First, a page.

Two years ago, our beautiful daughter Emma was a 9 year-old 4th grader when she was diagnosed with Autoimmune Hepatitis. For a year or so before she was diagnosed, she was participating in gymnastics and cheer. She would come home from practices complaining about pain in different parts of her body. Emma’s pediatrician chalked it up to growing pains.
Six months before she was diagnosed, Emma had a high fever and her knee swelled to the point she couldn’t move it. The ER doctors said the inflammation was caused by a virus. They gave her Motrin and sent us home. In hindsight, her liver was so stressed that it was starting to manifest in a handful of different symptoms. Pain would come and go through her knees, ankles, wrists, and fingers. She wasn’t doing very well in school because she couldn’t focus. She was a petite girl and was getting skinnier by the month. She laughed at the prospect of signing up for soccer because it was “too much running”.
Despite all the symptoms, we didn’t realize there was something wrong with her. Her body was in turmoil and had degraded to the point she was “failing to thrive”. On December 29, 2014 Emma woke up in tears because her hand was swollen, stiff, and hurt so bad she couldn’t move her fingers. The pediatrician ordered blood work. The results indicated an elevated SED rate. That test result is what made us really start looking deeper into what was going on with Emma’s body.
Our first specialist was a Rheumatologist. After a thorough examination, he unequivocally diagnosed her with Juvenile Idiopathic Arthritis. The diagnosis made sense. She had pain that would float through her body and the joints that hurt were swollen with limited mobility. He indicated that JIA was an autoimmune disease and they usually come in pairs or triads. He ordered a full set of tests and bloodwork to cover the gastrointestinal tract. That’s when things got serious and scary. Her ALT/AST rates were more than 1,400, almost 100 times more than a healthy liver. They told us to immediately get her back to the lab to do more bloodwork to see if her liver was functioning….and told us to be prepared to check-in to the hospital that night if the results came back negative. There are lots of low points in this story–that phone call was one of the darkest.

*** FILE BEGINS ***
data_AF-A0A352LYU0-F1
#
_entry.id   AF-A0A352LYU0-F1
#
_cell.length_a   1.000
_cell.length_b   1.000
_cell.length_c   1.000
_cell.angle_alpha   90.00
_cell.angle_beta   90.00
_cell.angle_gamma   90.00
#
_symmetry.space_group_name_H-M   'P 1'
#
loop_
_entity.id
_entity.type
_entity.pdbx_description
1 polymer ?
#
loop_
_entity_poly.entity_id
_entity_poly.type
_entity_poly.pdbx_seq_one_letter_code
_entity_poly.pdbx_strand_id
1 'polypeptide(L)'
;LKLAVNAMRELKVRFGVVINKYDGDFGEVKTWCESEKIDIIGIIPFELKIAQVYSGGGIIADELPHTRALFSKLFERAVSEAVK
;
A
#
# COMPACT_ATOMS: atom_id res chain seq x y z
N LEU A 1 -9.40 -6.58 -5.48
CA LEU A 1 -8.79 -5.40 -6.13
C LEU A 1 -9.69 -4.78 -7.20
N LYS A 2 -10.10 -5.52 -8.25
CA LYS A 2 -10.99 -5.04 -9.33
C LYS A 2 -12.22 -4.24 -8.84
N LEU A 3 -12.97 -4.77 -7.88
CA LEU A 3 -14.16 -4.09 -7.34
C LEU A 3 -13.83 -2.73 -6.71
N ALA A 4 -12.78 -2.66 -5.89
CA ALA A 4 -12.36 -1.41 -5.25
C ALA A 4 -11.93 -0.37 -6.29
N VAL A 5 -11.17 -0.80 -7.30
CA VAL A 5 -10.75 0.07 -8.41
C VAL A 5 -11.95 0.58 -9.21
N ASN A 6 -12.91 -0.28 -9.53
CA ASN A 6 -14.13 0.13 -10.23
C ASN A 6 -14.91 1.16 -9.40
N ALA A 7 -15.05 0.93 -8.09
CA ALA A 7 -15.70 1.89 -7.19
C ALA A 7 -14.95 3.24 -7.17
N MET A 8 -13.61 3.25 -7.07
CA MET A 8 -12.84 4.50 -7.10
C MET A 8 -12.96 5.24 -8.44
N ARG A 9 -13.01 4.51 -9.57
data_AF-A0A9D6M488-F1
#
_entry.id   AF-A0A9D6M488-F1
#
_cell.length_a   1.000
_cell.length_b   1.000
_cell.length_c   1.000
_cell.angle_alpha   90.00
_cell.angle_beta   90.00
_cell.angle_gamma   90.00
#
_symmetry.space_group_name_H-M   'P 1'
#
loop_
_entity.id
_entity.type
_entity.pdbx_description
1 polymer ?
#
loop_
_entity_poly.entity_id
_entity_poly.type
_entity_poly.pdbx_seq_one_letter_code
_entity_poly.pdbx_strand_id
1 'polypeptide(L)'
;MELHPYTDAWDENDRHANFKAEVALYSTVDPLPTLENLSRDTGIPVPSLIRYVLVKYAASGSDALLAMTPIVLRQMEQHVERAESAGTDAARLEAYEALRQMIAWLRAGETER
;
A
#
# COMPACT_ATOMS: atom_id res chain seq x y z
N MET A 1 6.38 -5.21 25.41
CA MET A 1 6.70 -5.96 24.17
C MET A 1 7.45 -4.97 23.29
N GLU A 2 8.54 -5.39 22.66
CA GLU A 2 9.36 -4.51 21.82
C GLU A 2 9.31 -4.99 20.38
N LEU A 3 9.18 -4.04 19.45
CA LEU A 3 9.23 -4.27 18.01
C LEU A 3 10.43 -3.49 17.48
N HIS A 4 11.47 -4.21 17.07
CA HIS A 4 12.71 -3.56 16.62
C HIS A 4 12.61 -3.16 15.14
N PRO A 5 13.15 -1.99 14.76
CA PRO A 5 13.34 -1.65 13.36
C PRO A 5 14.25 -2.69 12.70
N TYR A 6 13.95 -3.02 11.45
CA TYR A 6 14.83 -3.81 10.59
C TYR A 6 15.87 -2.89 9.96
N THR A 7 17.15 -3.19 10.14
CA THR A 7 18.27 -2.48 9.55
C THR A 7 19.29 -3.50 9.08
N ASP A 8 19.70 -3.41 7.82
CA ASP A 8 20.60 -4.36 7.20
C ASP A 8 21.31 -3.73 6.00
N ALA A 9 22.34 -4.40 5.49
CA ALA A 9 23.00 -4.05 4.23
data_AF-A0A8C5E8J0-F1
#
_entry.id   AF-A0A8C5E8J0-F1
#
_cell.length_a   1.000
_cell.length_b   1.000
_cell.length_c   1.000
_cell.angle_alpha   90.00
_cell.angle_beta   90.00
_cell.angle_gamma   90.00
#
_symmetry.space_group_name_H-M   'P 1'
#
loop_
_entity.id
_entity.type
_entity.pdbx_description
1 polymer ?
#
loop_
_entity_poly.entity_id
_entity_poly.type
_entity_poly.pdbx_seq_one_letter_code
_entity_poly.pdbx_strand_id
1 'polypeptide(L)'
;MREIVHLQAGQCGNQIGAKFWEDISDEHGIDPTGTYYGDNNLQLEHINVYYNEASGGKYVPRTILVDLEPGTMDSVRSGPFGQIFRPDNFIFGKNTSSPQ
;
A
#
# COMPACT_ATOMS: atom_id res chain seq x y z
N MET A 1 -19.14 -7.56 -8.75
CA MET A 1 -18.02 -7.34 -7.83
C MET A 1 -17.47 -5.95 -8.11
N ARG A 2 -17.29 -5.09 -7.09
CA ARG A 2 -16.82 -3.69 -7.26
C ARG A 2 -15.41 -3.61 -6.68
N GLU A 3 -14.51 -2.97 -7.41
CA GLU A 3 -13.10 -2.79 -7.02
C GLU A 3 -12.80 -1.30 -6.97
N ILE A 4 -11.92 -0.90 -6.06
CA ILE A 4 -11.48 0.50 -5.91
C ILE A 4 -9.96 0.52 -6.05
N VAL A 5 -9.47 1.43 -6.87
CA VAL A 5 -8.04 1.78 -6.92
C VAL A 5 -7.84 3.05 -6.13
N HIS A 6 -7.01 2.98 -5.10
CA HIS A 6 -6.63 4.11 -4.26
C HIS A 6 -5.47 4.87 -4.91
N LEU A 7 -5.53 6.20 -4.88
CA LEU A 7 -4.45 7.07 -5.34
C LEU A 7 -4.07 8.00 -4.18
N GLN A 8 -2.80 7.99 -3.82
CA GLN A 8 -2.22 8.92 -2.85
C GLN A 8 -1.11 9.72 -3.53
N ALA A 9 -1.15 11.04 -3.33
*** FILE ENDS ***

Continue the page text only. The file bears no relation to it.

Shortly thereafter, Emma spent a week in Rady Children’s Hospital for a biopsy, MRI, and for her first strong dose of intravenous steroids. The procedures led to the formal diagnosis of Autoimmune Hepatitis. The steroids were like a little piece of magic. The pain in her joints went away in less than 48 hours. It was like night and day. She was up and moving around the hospital. She was able to focus on intricate coloring projects for a couple of hours. The joint pain and all JIA symptoms went away almost immediately. Our little girl was coming back to us, but we still have to deal with the internal issues caused by the AIH.
The biopsy indicated the fibrosis on Emma’s liver was 5 on a scale of 1 to 6. Her body had been fighting her liver for quite a while and the damage was severe. The worst case scenarios are words we had never really considered: cirrhosis, cancer, and transplant. We needed to establish a treatment plan and get to it immediately.
It takes a lot of work to treat and manage AIH. My wife, Marie, is an absolute HERO when it comes to taking care of our daughter. We need to keep the immunosuppressant in her body at a constant level. So, they do the first round of pills at 5:30 AM and then Emma goes back to sleep. The 2nd round is in the early afternoon to make sure we give the medicine the best chance of having the most effective impact. In addition to the pharmaceuticals, we do a regimen of supplements to promote a healthy body. We also actively work keep Emma on a clean diet to promote a healthy body. All of this takes a considerable amount of time and energy, not to mention discipline, to make it happen. Marie is great at running the show. Emma is an absolute champion for learning to be so disciplined at such a young age.
Here and Now
Emma is doing great. Her ALT/AST counts are in the 40-60 range. We want to get them down to less than 20 and we actively work to make that happen. Despite the slightly elevated ALT/AST counts, Emma looks and feels great. She is doing great in school. She is participating in extra-curricular activities. She has been playing soccer for the last year. She started running cross-country this past fall and she is about to start her first season of lacrosse.
What does the future hold?
We don’t know. Although Emma looks good and feels good, her liver levels are still elevated and they have been for the last 2 years. If we can’t get this under control, bad things could happen to a young, beautiful, and innocent little girl.
Why we participate
We help raise money for the ALF with the hope that research will lead to cures. We’d also like to bring awareness to Autoimmune Hepatitis. It takes time, money, and effort. We are doing our part to help with the money part of the equation. Please join us and contribute to the cause.
Marc and Marie Alexander
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